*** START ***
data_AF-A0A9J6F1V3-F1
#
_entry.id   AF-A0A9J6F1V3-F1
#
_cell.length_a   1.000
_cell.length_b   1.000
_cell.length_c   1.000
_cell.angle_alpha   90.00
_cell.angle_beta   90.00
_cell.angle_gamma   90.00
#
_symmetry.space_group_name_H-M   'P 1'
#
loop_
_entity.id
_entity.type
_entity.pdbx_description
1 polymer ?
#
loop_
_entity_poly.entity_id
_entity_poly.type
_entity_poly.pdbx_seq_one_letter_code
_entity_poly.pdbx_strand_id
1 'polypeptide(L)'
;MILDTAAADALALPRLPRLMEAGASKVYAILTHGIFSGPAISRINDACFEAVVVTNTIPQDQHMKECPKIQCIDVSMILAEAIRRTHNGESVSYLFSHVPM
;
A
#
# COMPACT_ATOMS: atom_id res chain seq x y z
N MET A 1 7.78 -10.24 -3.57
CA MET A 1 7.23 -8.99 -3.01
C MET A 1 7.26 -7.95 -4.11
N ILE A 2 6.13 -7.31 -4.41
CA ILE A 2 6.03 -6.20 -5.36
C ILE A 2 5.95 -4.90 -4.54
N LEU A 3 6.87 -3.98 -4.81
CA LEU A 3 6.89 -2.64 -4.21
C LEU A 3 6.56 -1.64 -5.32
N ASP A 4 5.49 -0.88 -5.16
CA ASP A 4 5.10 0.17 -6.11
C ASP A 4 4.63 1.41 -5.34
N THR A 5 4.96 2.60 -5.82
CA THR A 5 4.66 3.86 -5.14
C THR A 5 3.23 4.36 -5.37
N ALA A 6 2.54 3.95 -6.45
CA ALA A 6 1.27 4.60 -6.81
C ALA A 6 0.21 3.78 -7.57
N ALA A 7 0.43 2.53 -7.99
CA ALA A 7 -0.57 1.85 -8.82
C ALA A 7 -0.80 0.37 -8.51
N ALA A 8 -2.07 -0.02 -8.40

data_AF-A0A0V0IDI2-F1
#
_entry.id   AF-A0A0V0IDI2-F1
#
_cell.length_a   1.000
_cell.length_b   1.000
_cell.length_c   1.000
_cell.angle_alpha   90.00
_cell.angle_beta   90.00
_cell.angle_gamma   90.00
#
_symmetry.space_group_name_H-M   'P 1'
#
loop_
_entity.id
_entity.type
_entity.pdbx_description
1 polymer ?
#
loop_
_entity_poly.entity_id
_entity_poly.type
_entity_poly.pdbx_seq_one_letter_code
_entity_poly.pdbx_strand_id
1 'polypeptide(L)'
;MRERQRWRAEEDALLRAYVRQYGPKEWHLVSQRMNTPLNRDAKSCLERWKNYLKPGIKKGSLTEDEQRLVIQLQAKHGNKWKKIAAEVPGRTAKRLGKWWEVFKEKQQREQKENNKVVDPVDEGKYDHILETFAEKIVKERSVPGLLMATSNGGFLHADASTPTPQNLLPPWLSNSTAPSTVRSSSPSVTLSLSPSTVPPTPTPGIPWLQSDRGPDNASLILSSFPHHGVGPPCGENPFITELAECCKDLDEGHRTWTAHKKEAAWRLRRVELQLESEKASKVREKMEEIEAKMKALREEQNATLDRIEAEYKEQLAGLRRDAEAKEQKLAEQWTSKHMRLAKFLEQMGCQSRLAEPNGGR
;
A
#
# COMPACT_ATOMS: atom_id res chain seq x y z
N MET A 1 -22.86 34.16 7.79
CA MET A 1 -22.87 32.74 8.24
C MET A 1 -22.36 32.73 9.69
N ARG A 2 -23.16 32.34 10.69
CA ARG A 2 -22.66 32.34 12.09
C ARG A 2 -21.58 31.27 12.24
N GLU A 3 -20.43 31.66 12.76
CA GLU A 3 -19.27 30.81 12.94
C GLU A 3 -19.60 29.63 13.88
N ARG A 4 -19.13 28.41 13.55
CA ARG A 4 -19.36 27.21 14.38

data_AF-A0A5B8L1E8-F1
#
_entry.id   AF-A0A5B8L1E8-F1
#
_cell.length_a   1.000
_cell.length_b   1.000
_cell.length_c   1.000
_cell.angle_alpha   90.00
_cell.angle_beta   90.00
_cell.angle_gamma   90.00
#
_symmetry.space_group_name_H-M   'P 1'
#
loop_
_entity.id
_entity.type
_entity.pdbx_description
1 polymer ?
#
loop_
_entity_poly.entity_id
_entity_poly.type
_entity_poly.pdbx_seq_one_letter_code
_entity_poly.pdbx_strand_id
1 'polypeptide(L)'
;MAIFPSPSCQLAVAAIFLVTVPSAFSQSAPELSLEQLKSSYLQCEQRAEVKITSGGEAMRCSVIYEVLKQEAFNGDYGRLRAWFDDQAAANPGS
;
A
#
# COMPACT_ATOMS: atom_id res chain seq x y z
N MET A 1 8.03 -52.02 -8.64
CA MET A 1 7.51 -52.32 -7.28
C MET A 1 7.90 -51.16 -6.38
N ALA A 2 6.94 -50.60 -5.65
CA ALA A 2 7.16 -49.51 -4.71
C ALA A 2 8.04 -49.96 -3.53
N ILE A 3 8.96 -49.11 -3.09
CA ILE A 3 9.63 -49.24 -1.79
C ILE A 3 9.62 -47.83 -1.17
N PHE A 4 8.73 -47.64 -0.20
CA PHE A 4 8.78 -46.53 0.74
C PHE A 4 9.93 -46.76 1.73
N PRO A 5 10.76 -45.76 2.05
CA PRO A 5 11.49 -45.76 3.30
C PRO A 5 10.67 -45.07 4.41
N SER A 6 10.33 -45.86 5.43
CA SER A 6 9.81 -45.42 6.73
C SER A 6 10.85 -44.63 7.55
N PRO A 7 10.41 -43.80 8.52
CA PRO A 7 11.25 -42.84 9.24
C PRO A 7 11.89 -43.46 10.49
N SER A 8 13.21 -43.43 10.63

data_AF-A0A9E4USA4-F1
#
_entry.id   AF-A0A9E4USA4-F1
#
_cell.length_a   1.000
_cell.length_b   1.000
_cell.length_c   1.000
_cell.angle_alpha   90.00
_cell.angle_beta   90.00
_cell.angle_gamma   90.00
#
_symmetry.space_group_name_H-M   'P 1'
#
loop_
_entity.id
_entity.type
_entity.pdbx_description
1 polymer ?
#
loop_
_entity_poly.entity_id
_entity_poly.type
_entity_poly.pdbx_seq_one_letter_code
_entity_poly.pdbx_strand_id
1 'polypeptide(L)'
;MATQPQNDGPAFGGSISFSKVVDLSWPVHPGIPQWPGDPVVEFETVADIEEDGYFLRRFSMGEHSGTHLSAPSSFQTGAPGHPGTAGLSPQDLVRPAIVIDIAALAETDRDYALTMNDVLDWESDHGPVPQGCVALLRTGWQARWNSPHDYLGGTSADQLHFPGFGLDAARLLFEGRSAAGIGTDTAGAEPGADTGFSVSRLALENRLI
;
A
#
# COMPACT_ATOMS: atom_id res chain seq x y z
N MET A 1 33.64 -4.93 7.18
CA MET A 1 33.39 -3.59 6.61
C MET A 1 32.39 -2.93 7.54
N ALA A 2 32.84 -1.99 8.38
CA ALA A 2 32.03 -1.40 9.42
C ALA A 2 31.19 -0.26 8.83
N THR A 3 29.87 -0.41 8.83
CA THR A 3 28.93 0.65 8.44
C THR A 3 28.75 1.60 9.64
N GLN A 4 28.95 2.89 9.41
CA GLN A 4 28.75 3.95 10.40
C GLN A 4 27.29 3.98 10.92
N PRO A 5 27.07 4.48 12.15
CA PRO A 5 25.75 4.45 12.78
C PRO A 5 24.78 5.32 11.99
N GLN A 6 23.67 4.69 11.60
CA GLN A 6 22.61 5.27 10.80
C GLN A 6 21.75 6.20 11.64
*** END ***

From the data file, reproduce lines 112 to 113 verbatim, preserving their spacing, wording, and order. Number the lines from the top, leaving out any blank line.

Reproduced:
#
loop_